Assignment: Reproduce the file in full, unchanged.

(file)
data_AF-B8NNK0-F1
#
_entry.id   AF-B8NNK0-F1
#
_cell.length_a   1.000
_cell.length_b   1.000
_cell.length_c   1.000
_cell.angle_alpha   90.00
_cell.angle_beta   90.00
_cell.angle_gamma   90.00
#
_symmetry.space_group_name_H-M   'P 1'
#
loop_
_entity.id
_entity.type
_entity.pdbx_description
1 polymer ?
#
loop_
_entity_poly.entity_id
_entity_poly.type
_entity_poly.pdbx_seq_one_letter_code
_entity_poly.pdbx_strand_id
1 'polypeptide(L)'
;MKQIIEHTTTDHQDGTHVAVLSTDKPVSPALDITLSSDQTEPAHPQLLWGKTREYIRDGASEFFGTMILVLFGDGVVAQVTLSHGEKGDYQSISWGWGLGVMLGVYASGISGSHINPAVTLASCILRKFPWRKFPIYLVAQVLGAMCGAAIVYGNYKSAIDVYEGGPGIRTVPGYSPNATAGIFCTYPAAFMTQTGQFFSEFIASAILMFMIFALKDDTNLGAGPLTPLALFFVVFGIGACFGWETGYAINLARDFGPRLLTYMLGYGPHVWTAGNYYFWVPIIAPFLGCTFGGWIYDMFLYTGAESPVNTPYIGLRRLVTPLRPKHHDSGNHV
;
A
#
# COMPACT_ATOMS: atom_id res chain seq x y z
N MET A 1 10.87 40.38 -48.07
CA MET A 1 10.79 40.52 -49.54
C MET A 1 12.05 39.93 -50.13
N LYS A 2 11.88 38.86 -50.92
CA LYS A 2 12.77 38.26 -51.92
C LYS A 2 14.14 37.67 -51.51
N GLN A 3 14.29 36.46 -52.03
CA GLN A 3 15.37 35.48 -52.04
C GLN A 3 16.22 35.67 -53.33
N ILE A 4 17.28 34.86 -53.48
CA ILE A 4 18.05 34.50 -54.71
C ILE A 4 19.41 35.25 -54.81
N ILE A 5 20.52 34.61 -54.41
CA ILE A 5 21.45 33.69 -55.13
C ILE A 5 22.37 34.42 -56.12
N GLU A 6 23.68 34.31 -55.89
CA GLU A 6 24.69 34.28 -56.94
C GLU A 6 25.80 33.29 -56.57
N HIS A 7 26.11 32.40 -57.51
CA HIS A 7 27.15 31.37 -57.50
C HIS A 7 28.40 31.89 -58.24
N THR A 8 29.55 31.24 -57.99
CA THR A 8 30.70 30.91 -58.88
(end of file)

data_AF-B8NNK0-F1
#
_entry.id   AF-B8NNK0-F1
#
_cell.length_a   1.000
_cell.length_b   1.000
_cell.length_c   1.000
_cell.angle_alpha   90.00
_cell.angle_beta   90.00
_cell.angle_gamma   90.00
#
_symmetry.space_group_name_H-M   'P 1'
#
loop_
_entity.id
_entity.type
_entity.pdbx_description
1 polymer ?
#
loop_
_entity_poly.entity_id
_entity_poly.type
_entity_poly.pdbx_seq_one_letter_code
_entity_poly.pdbx_strand_id
1 'polypeptide(L)'
;MKQIIEHTTTDHQDGTHVAVLSTDKPVSPALDITLSSDQTEPAHPQLLWGKTREYIRDGASEFFGTMILVLFGDGVVAQVTLSHGEKGDYQSISWGWGLGVMLGVYASGISGSHINPAVTLASCILRKFPWRKFPIYLVAQVLGAMCGAAIVYGNYKSAIDVYEGGPGIRTVPGYSPNATAGIFCTYPAAFMTQTGQFFSEFIASAILMFMIFALKDDTNLGAGPLTPLALFFVVFGIGACFGWETGYAINLARDFGPRLLTYMLGYGPHVWTAGNYYFWVPIIAPFLGCTFGGWIYDMFLYTGAESPVNTPYIGLRRLVTPLRPKHHDSGNHV
;
A
#
# COMPACT_ATOMS: atom_id res chain seq x y z
N MET A 1 10.87 40.38 -48.07
CA MET A 1 10.79 40.52 -49.54
C MET A 1 12.05 39.93 -50.13
N LYS A 2 11.88 38.86 -50.92
CA LYS A 2 12.77 38.26 -51.92
C LYS A 2 14.14 37.67 -51.51
N GLN A 3 14.29 36.46 -52.03
CA GLN A 3 15.37 35.48 -52.04
C GLN A 3 16.22 35.67 -53.33
N ILE A 4 17.28 34.86 -53.48
CA ILE A 4 18.05 34.50 -54.71
C ILE A 4 19.41 35.25 -54.81
N ILE A 5 20.52 34.61 -54.41
CA ILE A 5 21.45 33.69 -55.13
C ILE A 5 22.37 34.42 -56.12
N GLU A 6 23.68 34.31 -55.89
CA GLU A 6 24.69 34.28 -56.94
C GLU A 6 25.80 33.29 -56.57
N HIS A 7 26.11 32.40 -57.51
CA HIS A 7 27.15 31.37 -57.50
C HIS A 7 28.40 31.89 -58.24
N THR A 8 29.55 31.24 -57.99
CA THR A 8 30.70 30.91 -58.88